Doctor Bob, About two weeks ago I went to a Bangkok Hospital to start PEP from what I thought was a high risk exposure to a female sex worker here in Thailand. It was protected vaginal intercourse (with exposure to blood) and unprotected oral. Under the advice of the ER doctor, I went back and got her tested (ELISA & HIV RNA assay) She was negative for the ELISA. And one week later I found out she was negative for the NAT test, at least she says so after doctors appt. I stopped the PEP meds (combivir and sustiva) last night and I feel a helluva lot better this morning. Was this move indeed a wise one or should have I completed the regimen? I know false positives are relatively high with similiar tests like the PCR DNA assay, but I was unable to find much research on false negatives.
Also, I had even more crazy vivid dreams last night even though I didn't take the Sustiva. Are the side effects of the medication likely to persist in the long term?
Thanks for your help. You are truely amazing for helping everyone here with HIV treatment/prevention.
PS. Go Obama
Yes, I absolutely agree: PEP is not warranted. (See below.)
PCR technology has much more difficulty with false-positives than with false-negatives; however, please note PCR is not recommended for routine HIV screening for a variety of reasons.
Regarding your vivid dreams, Sustiva has a relatively long half-life. The side effects will fade over the next few days.
Considering Stopping PEP Jun 25, 2008
I recently started taking AZT and Stocrin as a PEP regimen because of a risky encounter with a Thai prostitute (protected vaginal, unprotected deep oral). The meds have caused a ton of problems for me: tingling hands, extreme fatigue, slight headaches, constant dizziness, and rash. In an effort to curb my depression/anxiety, I ended up traveling back to find the sex worker and took her to the hospital to get her tested. She tested negative for the ELISA, and we are still waiting on the results of the NAT testing. The doc said that it would detect if she had HIV starting from 7 days ago. Is this true? I know false positives are relatively high with this type of testing, but how about false negatives? Those results won't come for another week, but if they are negative do you think it is safe to discontinue PEP treatment? I am so grateful for your diligence in responding to people (like me) on this forum. I have read much here and have the utmost respect for your expertise. Thank you.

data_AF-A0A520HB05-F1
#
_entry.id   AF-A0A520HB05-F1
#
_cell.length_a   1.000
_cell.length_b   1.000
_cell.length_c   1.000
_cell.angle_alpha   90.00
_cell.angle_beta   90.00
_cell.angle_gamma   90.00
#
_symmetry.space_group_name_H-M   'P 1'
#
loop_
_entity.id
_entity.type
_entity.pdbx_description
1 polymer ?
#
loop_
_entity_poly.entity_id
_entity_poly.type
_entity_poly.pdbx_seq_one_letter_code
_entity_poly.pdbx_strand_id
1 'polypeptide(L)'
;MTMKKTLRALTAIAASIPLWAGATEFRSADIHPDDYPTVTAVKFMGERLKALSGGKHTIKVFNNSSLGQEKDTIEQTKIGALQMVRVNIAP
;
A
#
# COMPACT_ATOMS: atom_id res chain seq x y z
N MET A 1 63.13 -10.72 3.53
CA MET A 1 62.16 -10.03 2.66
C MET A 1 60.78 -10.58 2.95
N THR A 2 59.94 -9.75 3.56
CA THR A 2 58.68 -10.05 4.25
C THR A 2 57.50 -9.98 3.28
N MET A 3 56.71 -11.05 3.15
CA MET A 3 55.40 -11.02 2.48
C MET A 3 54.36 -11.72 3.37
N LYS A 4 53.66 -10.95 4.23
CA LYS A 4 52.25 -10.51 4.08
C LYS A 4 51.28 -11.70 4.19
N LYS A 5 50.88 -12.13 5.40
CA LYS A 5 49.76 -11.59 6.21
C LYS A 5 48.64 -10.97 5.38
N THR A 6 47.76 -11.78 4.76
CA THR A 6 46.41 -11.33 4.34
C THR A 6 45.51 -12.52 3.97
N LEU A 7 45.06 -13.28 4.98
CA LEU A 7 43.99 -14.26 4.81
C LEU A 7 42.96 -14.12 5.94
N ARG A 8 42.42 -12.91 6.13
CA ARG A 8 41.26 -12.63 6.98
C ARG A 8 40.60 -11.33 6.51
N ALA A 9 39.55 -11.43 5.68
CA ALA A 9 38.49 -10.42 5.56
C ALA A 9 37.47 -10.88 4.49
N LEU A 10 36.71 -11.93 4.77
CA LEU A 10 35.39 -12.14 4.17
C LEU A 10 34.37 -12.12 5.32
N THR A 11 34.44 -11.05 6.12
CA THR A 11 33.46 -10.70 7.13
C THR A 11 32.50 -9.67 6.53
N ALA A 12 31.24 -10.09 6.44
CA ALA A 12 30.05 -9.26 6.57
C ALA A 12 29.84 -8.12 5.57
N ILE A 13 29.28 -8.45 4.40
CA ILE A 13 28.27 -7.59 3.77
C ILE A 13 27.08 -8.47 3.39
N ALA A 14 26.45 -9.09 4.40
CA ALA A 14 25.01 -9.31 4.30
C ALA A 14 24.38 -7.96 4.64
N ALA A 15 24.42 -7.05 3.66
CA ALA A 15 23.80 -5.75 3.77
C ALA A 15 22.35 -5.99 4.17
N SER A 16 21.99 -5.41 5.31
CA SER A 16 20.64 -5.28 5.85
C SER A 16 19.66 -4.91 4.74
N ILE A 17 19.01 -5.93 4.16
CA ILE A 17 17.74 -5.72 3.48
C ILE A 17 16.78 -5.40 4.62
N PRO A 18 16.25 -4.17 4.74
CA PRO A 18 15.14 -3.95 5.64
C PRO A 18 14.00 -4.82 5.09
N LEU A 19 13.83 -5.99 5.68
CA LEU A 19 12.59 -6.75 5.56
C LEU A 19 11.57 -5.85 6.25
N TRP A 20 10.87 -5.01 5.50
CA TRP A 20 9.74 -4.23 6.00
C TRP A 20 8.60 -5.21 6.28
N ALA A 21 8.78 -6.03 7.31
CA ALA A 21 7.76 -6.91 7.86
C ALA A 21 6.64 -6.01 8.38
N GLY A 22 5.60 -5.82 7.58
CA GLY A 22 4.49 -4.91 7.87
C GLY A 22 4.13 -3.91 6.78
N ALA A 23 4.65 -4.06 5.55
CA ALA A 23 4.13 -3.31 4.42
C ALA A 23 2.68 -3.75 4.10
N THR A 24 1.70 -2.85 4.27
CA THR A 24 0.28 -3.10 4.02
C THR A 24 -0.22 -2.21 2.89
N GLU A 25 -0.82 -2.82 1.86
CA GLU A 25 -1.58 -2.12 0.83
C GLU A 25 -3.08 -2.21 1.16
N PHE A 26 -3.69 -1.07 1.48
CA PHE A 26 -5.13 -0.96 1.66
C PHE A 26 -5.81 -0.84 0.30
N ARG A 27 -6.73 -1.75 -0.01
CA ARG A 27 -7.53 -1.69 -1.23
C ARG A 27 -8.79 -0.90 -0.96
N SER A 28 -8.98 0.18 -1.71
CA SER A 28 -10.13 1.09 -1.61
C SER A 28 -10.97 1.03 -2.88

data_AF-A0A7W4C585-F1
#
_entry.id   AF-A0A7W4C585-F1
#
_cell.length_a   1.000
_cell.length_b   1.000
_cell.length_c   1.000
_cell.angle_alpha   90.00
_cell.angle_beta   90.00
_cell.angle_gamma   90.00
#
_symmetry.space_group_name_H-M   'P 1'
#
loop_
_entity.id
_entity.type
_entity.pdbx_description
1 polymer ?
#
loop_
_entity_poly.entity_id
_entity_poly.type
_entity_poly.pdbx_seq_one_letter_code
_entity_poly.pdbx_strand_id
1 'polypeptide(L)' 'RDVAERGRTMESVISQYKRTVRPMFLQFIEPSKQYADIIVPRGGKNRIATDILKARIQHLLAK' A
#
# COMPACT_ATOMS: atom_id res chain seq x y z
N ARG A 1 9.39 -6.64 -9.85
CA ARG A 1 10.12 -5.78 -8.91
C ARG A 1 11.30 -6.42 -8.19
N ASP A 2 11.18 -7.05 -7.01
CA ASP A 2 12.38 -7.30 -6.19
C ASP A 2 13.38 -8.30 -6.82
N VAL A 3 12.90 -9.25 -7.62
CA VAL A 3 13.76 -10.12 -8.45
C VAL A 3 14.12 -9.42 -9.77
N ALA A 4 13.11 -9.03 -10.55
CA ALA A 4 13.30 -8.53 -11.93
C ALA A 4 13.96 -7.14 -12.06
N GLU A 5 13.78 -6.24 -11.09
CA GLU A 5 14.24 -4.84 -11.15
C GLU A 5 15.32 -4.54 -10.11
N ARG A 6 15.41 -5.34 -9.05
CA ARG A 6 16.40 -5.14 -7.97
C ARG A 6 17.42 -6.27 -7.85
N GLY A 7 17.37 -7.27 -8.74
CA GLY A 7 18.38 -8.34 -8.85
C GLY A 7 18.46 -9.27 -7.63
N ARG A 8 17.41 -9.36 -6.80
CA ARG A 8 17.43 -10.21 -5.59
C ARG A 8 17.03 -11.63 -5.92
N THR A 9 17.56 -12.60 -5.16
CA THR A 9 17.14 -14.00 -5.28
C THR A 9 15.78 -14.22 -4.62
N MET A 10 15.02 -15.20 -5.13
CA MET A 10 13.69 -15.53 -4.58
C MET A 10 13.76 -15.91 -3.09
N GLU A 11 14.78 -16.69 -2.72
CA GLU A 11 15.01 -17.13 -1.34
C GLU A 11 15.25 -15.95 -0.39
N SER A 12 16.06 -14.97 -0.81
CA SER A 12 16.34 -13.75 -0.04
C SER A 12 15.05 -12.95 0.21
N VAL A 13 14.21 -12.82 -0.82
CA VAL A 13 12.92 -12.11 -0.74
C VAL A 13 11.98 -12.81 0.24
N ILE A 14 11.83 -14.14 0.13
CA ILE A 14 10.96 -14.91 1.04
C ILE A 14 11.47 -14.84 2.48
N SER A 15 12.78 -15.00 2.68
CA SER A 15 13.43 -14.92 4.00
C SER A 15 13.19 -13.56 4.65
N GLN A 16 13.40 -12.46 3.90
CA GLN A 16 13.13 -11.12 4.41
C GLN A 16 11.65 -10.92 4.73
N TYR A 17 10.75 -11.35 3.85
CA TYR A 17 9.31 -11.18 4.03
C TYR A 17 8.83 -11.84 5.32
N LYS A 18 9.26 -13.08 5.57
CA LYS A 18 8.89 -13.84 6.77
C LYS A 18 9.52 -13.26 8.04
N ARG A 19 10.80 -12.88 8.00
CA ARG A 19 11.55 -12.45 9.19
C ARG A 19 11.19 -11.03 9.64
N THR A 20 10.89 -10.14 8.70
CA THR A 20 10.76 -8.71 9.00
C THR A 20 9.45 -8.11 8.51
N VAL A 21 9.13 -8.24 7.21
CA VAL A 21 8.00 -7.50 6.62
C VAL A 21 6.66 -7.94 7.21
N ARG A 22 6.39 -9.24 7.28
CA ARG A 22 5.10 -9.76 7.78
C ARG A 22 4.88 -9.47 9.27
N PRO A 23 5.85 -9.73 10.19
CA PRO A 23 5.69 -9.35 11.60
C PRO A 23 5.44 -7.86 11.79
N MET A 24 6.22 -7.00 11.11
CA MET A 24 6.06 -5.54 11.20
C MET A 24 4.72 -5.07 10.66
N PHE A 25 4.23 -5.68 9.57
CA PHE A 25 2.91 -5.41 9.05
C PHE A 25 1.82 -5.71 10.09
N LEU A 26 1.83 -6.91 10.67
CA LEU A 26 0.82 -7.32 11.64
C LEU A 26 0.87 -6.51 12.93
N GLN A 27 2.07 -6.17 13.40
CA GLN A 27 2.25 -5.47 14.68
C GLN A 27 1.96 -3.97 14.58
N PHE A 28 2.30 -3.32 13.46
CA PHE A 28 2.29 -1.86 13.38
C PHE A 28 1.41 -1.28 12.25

Response from Dr. Frascino
The HIV-acquisition risk from protected vaginal sex and unprotected insertive oral sex would be extremely low, assuming the latex condom was used properly and did not fail. Most HIV experts would not encourage PEP for such a minimal risk. Your partner tested ELISA negative. Consequently, your risk was significantly decreased even further. Your only theoretical exposure would be limited to the remote possibility that your partner was still in her window period. In other words, she was HIV infected, but had yet to develop detectable levels of anti-HIV antibody in her blood. NAT testing can detect HIV infection earlier than antibody tests; however, it is not recommended for routine HIV screening, due to the rate of false-positives. The "7 day" window statistic has not been verified. Taken together, yes, I would advise you can discontinue PEP and follow up with a three-month HIV-antibody test.